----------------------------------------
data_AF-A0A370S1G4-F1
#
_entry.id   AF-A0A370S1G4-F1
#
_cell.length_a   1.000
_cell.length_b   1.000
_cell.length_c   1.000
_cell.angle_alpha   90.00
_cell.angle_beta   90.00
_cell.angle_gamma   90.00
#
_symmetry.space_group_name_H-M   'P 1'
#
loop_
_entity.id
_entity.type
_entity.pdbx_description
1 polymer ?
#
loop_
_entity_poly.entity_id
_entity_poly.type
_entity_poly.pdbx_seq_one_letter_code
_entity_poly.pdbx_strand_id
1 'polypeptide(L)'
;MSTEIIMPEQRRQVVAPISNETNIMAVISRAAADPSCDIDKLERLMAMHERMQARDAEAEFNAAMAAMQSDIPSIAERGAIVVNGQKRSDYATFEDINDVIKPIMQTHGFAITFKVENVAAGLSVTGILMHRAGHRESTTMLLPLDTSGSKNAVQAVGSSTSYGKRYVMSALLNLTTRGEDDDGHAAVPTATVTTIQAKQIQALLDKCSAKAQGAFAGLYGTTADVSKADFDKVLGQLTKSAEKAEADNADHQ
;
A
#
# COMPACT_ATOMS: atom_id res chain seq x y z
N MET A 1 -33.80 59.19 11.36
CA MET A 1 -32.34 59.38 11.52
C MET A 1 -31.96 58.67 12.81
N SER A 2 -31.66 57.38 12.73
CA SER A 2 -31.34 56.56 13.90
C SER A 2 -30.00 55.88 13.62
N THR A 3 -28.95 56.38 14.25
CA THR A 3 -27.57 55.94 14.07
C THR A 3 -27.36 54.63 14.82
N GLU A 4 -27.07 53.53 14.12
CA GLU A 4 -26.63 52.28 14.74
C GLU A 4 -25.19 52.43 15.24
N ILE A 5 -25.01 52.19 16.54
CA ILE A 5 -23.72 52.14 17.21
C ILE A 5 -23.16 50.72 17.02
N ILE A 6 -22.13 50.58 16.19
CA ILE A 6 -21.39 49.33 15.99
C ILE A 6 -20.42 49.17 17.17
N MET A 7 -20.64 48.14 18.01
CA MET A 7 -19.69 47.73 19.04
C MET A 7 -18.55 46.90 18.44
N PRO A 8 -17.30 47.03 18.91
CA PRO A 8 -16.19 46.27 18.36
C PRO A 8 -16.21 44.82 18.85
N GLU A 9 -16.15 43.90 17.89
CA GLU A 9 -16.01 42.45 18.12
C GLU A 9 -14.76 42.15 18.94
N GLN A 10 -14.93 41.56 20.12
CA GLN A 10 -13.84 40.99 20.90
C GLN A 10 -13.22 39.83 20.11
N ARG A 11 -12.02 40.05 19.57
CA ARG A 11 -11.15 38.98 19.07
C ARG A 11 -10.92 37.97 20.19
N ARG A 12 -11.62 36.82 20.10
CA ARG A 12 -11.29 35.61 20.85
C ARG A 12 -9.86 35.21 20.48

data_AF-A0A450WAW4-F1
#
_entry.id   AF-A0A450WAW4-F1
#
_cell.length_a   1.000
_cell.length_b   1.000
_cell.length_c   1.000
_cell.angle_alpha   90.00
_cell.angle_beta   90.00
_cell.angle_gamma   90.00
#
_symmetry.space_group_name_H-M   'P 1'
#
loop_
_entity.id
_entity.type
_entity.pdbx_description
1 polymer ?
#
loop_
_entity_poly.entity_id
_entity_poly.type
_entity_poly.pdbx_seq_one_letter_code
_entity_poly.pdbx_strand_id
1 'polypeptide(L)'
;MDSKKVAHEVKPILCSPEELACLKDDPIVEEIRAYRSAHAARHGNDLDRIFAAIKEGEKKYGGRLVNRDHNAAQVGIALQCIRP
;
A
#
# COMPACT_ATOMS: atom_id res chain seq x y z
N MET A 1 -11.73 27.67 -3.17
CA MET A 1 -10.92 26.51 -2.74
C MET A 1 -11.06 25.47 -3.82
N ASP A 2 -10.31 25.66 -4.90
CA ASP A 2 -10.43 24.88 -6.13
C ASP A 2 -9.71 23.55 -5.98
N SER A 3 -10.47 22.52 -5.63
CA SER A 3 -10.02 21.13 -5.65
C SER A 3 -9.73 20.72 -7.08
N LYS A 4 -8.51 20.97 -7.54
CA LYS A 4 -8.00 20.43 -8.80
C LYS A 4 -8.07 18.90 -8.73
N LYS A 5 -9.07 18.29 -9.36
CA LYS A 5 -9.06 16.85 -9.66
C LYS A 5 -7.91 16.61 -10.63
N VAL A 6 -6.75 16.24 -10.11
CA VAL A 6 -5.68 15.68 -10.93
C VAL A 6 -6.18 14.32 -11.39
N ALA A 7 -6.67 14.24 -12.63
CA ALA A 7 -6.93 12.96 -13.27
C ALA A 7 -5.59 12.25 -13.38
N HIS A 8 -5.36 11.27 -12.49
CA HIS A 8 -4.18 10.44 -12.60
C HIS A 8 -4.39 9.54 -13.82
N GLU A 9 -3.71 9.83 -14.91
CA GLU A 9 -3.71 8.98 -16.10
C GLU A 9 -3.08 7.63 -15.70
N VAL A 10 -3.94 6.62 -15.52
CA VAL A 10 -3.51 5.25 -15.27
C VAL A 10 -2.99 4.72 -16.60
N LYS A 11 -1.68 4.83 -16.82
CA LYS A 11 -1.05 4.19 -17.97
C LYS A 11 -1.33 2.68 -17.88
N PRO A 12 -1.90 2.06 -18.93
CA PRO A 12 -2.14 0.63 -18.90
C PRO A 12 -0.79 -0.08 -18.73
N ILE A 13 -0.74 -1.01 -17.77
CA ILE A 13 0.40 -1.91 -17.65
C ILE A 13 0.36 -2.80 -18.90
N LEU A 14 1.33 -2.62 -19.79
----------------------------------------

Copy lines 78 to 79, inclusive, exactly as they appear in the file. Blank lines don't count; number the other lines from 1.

_symmetry.space_group_name_H-M   'P 1'
#